LONDON Jan 10 Mining companies' influence on Britain's FTSE is fading after a tough year for the sector, although it still has a greater bearing on the UK blue chip index than on any other in Europe.
UK-listed miners have operations from Kazakhstan to Chile and meet demand for commodities in China and the United States, contributing to the FTSE's large international exposure.
While investors often use the FTSE 100 to bet on prospects for global rather than UK growth, the basic resources sector now has just the fifth biggest weighting in the FTSE 100 , down from third at the start of 2013.
UK listed miners fell 16.4 percent last year, more than any other sector, and were overtaken by telecoms and health care in terms of weighting on the FTSE 100.
Miners Vedanta, Polymetal, Kazakhmys and ENRC, as well as steelmaker Evraz, were all relegated from the FTSE 100 into the mid-cap FTSE 250 last year as their market capitalisation fell.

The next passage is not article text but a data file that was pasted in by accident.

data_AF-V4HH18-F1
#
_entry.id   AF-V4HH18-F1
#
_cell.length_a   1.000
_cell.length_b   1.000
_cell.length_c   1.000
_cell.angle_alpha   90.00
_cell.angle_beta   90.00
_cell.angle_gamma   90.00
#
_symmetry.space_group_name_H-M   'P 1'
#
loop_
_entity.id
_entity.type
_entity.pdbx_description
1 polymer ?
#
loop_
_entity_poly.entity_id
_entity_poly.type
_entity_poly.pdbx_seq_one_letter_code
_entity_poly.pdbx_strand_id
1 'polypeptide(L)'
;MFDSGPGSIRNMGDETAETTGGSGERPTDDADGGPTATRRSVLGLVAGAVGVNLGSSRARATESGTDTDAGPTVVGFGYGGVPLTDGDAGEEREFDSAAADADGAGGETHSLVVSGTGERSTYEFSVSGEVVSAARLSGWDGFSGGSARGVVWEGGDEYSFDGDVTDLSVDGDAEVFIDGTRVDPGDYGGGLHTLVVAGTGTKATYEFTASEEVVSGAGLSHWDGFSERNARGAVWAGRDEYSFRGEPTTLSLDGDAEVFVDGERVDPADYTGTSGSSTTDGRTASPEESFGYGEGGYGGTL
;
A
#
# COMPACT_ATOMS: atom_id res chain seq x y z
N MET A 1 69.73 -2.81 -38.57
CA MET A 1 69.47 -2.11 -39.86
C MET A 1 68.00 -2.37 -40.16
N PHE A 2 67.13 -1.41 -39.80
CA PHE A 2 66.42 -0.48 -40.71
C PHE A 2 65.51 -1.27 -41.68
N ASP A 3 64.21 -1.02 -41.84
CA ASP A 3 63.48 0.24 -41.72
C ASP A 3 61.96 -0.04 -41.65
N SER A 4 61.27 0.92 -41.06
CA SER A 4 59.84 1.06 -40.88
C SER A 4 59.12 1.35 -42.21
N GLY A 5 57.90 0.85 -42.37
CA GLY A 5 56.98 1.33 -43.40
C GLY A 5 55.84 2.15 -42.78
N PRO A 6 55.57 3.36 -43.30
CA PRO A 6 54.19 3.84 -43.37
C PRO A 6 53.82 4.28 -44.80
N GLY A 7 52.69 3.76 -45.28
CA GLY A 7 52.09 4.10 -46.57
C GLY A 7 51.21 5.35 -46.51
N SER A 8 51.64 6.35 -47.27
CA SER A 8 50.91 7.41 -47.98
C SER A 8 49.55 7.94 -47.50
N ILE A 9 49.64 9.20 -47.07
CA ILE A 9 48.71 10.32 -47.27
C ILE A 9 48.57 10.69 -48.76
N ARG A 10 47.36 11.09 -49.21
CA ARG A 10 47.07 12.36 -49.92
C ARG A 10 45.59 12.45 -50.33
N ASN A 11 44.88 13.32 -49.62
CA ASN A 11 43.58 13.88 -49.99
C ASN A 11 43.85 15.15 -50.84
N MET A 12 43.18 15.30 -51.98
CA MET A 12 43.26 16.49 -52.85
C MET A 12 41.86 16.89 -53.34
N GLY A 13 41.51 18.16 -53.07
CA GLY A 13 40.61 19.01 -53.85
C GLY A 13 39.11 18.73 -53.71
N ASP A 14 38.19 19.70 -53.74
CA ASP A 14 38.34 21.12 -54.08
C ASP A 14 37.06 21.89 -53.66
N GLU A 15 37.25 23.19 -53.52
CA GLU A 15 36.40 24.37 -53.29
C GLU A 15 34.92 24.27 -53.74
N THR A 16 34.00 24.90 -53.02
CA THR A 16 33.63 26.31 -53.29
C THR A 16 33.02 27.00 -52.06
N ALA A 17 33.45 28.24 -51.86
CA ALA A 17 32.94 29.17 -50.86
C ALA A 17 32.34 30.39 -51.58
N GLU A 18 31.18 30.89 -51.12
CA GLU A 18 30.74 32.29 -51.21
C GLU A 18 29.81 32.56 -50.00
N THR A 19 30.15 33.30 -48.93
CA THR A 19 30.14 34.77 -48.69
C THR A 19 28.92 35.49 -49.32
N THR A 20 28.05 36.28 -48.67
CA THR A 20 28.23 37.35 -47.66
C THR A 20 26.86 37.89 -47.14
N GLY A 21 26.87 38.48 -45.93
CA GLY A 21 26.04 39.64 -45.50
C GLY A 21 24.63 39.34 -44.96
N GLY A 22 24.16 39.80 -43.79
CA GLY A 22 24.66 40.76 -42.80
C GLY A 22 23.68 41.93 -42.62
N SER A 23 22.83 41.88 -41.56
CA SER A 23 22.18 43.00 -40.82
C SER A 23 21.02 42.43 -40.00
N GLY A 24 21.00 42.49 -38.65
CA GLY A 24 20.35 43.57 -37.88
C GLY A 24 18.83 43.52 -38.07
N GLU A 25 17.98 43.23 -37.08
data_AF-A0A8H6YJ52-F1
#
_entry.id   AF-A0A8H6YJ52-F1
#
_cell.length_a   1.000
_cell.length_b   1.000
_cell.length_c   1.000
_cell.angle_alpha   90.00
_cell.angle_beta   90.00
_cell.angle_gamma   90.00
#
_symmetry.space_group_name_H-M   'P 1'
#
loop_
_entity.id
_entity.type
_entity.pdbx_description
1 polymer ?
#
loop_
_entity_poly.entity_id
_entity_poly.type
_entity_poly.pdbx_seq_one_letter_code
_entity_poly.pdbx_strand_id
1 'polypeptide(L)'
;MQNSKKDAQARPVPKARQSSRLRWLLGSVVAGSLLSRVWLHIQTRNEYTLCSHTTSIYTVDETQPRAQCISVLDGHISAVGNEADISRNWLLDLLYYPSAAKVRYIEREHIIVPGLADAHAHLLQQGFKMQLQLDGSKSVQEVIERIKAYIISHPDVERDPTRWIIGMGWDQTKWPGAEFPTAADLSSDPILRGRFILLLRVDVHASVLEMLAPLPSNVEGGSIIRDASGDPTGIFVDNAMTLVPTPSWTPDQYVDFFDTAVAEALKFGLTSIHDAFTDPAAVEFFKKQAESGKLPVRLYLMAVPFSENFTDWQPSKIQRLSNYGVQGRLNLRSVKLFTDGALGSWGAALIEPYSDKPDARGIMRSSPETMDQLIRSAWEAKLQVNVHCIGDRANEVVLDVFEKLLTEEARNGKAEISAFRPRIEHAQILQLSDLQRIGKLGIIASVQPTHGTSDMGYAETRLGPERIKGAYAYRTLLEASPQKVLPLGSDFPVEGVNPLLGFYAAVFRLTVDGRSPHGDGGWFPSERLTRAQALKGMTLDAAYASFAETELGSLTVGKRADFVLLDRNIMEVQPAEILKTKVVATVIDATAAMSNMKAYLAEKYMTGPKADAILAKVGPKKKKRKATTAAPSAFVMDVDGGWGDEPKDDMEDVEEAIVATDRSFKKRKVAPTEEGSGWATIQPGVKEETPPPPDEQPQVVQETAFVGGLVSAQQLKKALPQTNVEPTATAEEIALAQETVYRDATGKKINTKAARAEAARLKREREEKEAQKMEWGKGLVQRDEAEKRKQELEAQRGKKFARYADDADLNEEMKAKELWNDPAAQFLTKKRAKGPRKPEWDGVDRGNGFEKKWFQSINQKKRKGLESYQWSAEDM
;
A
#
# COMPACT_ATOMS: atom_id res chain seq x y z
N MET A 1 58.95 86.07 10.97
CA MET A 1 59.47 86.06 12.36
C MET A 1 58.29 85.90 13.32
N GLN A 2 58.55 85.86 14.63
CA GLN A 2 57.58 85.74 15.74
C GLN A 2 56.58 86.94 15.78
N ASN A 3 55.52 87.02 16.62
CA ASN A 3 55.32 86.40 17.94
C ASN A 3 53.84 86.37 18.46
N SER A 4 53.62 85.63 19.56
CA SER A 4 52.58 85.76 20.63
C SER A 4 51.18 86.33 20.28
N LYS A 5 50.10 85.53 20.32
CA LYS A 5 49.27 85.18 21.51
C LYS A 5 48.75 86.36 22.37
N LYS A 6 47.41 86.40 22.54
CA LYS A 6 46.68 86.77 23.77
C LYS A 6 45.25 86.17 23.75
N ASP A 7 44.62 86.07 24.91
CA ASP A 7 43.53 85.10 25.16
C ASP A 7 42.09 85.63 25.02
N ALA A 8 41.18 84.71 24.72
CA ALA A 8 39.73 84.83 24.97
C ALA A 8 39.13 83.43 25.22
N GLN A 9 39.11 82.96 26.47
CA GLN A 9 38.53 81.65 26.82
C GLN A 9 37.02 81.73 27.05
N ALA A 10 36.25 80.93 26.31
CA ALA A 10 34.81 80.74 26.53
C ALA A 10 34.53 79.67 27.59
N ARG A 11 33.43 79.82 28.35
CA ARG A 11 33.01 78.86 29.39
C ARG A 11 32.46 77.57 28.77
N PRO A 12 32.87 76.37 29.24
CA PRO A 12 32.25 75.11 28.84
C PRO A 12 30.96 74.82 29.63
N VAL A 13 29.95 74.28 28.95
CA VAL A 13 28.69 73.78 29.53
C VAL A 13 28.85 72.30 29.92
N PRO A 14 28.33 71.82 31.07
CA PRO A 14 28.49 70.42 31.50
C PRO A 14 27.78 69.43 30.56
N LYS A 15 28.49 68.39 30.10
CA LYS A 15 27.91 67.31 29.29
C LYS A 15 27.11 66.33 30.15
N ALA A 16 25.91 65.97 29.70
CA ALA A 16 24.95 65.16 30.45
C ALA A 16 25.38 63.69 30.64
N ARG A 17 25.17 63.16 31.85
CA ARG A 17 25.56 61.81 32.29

Basic resources stocks' weighting on the FTSE 100 is 8.1 percent, down from more than 10 percent in February 2013.
However, this give miners a much bigger weighting on the FTSE than on other European indices, either national or pan-continental. Basic resources stocks make up just 3.33 percent of the weighting on the STOXX 600 index.
"The weakness in miners last year both contributed to relative underperformance in the FTSE as well as making its weighting fall," said Jeremy Batstone-Carr, analyst at Charles Stanley.
But he added: "It's still going to be quite a significant swing factor (for the FTSE) even though its weighting has fallen."
While four FTSE sectors are bigger than basic resources, other European indexes offer bigger exposure to each of those.
Investors wishing to invest in telecoms would get higher exposure by buying Spain's IBEX, while Italy's FTSE MIB has marginally more exposure to oil and gas.
The IBEX and FTSE MIB are more heavily weighted than the FTSE in banks, and despite London's heavyweight pharma listings such as GlaxoSmithKline, the French CAC offers more exposure to health care through firms such as Sanofi . (Reporting by Alistair Smout, editing by Nigel Stephenson/Ruth Pitchford)